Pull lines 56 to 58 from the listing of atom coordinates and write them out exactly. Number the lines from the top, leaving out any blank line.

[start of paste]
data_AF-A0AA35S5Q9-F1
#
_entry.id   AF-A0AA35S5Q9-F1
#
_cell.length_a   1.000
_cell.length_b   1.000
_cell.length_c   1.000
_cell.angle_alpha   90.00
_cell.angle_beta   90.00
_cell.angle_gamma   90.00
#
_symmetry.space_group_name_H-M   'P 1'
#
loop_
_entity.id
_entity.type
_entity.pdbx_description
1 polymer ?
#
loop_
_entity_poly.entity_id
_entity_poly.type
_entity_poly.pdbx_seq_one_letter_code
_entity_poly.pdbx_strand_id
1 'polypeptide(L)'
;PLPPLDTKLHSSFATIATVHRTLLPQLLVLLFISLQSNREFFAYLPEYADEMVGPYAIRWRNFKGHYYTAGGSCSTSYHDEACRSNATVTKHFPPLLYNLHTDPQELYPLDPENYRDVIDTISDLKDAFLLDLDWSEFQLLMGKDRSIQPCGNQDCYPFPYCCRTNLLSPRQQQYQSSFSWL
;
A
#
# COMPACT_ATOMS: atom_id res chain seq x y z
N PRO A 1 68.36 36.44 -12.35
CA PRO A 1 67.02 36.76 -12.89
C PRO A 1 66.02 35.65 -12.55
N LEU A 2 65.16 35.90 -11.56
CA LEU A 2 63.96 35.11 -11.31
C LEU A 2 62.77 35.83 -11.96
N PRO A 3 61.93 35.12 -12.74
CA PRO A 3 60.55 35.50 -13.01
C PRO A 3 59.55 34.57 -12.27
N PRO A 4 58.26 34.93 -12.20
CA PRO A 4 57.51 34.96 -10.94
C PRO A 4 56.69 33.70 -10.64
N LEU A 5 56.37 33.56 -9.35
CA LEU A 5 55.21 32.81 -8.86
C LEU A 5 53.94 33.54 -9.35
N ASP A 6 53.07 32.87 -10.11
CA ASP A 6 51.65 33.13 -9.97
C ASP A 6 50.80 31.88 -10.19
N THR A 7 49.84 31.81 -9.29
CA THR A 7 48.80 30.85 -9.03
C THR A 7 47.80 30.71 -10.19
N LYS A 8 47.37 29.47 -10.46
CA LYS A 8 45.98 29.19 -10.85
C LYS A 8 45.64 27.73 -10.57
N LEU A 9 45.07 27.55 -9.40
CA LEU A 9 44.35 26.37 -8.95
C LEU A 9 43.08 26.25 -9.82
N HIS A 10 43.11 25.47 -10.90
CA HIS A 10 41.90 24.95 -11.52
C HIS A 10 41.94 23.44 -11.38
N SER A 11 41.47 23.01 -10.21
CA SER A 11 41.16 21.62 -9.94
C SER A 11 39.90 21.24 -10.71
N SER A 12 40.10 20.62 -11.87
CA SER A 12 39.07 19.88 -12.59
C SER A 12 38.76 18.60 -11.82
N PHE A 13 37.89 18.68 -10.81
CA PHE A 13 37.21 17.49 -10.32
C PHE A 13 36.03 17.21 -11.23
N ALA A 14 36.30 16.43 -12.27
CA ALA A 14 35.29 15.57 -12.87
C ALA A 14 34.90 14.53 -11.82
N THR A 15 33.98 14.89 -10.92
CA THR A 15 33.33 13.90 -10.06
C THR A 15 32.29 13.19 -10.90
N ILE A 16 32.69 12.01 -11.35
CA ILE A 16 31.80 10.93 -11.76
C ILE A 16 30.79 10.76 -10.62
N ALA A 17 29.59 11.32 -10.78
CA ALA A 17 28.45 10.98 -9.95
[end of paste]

CA LEU A 9 44.35 26.37 -8.95
C LEU A 9 43.08 26.25 -9.82
N HIS A 10 43.11 25.47 -10.90